Guideposts

 

For each mixture:

1. Calculate the amount (in mol) of ethyl ethanoate, ethanoic acid, ethanol and water present in the original mixture (i.e. before any reaction has taken place). When calculating this for the water remember to take into account the water present in the dilute HCl.

2. Using the titration information, calculate the amount (in mol) of ethanoic acid present in the equilibrium mixture and hence the amount (in mol) of ethanol, ethyl ethanoate and water in the equilibrium mixture. (Use ICE here after the titration calculation.)

3. Calculate the equilibrium concentrations of the water, ethyl ethanoate, ethanoic acid and ethanol in the mixture and hence the equilibrium constant.

 

Compare to the true value of 4.0 at 298 K.

 

The guideposts are not very detailed - and yet this series of calculations requires several steps that are linked together to come up with a final value for Kc. Based on the difficulty - and my desire to guide students without doing all of the work for them - I created a detailed guide to the calculations that literally "talks" them through each step (see the link below). My students commented that they could hear my voice as they read the directions. It is a casual set of directions that take the students through every step.

 

And to verify the student calculations, I created a spreadsheet (see the link below) that allows me to quickly verify any set of calculations by using some pre-measured data (such as the mass and volume data of the substances) and the student data to calculate Kc. I have created many similar spreadsheets for labs that are calculation-heavy so I can efficiently check student work. Take a look and let me know what you think.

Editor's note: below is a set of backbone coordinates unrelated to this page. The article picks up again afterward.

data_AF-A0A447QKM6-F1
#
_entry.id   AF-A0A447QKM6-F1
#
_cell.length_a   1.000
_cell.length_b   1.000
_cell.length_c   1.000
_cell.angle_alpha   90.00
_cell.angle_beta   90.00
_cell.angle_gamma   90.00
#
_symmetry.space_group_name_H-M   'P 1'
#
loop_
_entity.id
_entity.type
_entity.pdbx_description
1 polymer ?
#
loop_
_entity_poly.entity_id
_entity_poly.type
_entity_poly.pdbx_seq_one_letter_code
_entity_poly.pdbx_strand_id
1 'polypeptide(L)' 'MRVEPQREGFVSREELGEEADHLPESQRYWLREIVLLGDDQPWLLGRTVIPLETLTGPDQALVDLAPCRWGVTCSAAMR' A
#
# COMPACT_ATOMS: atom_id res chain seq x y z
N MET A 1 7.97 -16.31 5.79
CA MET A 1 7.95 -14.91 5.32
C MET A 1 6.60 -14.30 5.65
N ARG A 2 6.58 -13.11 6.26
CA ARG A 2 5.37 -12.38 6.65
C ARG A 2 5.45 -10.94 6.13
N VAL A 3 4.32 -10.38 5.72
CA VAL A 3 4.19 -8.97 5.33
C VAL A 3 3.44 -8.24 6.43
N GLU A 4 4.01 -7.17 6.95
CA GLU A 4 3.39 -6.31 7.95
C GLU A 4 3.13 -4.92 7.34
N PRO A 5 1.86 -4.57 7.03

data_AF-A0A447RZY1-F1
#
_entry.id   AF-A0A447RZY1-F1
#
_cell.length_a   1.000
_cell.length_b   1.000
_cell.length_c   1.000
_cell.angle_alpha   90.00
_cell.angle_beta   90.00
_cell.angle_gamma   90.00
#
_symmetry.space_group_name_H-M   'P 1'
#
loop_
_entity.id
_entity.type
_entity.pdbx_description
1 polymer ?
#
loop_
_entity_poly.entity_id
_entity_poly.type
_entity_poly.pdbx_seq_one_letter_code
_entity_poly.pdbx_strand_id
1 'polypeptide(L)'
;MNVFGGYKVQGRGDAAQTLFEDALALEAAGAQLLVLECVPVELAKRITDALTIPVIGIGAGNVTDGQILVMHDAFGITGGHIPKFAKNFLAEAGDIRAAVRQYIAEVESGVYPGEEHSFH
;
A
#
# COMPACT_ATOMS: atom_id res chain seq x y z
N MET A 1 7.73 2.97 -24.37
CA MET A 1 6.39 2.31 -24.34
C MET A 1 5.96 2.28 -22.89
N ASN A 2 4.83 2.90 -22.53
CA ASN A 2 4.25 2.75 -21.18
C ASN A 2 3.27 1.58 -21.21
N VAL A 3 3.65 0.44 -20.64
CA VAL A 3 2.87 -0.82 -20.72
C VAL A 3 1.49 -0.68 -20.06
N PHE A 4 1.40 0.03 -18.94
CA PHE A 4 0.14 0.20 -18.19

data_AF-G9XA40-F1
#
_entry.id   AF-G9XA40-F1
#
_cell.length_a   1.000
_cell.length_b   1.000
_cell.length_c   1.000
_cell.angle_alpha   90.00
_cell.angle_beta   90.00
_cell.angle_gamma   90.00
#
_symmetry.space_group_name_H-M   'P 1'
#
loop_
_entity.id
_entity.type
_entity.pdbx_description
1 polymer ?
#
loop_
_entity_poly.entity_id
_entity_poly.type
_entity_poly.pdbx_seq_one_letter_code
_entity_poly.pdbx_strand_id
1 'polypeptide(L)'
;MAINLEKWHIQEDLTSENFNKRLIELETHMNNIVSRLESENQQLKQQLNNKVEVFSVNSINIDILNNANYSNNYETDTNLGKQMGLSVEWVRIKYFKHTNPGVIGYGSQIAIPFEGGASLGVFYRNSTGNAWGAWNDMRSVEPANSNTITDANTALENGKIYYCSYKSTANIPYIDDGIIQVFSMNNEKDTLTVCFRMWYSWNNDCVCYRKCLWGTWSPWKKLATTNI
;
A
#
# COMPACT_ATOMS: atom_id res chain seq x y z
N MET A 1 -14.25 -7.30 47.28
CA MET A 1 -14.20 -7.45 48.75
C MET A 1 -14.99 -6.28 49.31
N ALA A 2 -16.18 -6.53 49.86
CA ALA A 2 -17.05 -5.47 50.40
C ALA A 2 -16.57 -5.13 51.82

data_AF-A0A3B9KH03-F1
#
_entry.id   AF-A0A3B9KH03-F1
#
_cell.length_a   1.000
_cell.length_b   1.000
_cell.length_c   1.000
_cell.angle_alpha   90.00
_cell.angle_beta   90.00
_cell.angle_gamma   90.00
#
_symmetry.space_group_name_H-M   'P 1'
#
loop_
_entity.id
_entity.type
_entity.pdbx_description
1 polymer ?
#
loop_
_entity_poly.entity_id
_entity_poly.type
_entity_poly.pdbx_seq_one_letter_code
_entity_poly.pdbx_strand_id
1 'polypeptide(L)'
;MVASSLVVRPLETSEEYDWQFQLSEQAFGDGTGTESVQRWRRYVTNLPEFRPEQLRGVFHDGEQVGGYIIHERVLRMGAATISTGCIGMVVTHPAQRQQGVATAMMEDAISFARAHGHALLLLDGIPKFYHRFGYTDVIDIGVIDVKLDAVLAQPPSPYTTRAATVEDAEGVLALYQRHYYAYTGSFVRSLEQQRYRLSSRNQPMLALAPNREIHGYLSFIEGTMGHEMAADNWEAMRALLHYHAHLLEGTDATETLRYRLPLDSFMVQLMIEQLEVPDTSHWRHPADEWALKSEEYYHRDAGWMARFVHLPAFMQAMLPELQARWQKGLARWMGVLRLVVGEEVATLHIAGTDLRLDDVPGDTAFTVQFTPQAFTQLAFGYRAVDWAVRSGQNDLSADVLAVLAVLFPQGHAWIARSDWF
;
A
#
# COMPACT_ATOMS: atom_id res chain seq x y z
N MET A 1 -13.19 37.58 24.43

I am curious to know if you have any favorite "big idea" labs, or labs that involve making connections between a number of topics. I am always looking for new ways to help students establish these connections - and I hope this lab can contribute to your classroom as well.

 

 

Sources of Inspiration

 

  1. Dr. Geoffrey Neuss and his InThinking site, http://www.thinkib.net/chemistry
  2. Teacher Resource Bank, http://filestore.aqa.org.uk/subjects/AQA-2420-W-TRB-PSA14.PDF
  3. San Mateo County Community College District Lab Manual, http://accounts.smccd.edu/batesa/chem220/lab/labmanual-sum12/4-Keq_Ester-SUM12.pdf
  4. Harvard Westlake Lab Handout, http://www.hwscience.com/chemistry/ap/aplab/eqetac.pdf
Concepts: 

Esterification

Organic Nomenclature

Equilibrium

Titration

Stoichiometry

Equilibrium Constant

Time required: 

Three class periods

Day 1: setup of equilibrium mixture; roughly 30 minutes

Day 2: titration of equilibrium mixture (approximately 1 week after Day 1); roughly 60 minutes

Day 3: calculations; variable time required - typically 30-90 minutes depending on the student group

Materials: 

3 M HCl

Distilled Water

Ethyl Ethanoate (aka ethyl acetate)